It's almost a given now that if you have a website, you also have a blog. The question for small-business owners is: Is blogging, twittering, etc., really worth your time?
A lot of bigger companies have decided it is. Just check out this list of 50 companies and how they are using social media. In these examples, I think you can find what TO do and what NOT to do when it comes to promoting your business with social media.
Check out British Airways' Twitter account. It looks like the subject lines of items in your junk mail folder. Why would anyone follow you to see that? Those who would are more likely to be annoyed than intrigued. What's worse, there's no touch of any kind of human voice to these entries. A machine is cranking these out, for all we know.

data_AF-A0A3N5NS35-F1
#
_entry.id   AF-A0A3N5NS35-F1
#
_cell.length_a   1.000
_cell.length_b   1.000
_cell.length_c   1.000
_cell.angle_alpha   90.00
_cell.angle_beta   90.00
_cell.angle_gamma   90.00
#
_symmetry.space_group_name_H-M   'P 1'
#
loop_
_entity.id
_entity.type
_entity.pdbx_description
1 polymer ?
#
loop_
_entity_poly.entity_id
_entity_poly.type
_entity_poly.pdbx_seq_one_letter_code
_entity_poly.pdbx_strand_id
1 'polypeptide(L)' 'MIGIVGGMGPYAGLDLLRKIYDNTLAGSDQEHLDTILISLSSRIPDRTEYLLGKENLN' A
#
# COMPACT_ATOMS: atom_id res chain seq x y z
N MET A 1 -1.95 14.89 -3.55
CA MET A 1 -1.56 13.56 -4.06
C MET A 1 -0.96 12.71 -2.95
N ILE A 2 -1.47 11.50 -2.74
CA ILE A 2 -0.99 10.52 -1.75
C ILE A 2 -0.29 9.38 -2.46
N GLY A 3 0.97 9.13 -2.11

That's fine for a big company like British Airways, but a small-business owner does not have the time to write and post things that nobody reads. If you treat your blog as an advertisement, no one will read it, because people don't seek out advertising. They seek out interesting and thoughtful content. That comes from having a personal touch and displaying your expertise on your subject matter.
Here's the blog of Marriott Hotels CEO Bill Marriott.
Notice how it's written in first person, like an actual blog that someone would seek out. Notice the use of pictures—again, content that people would seek out. Most importantly, it's about subjects that are interesting and beyond the scope of the company, like John McCain and the Beijing Olympics. OK, so the post from September 8 resembles the adspeak that you do NOT want to do, but looking at the blog as a whole, I think it's pretty good.
Instead of outright promoting your company on your blog, if you write about interesting subjects in your own voice, it will actually get read—and that's what actually promotes your company and makes social media worth your time.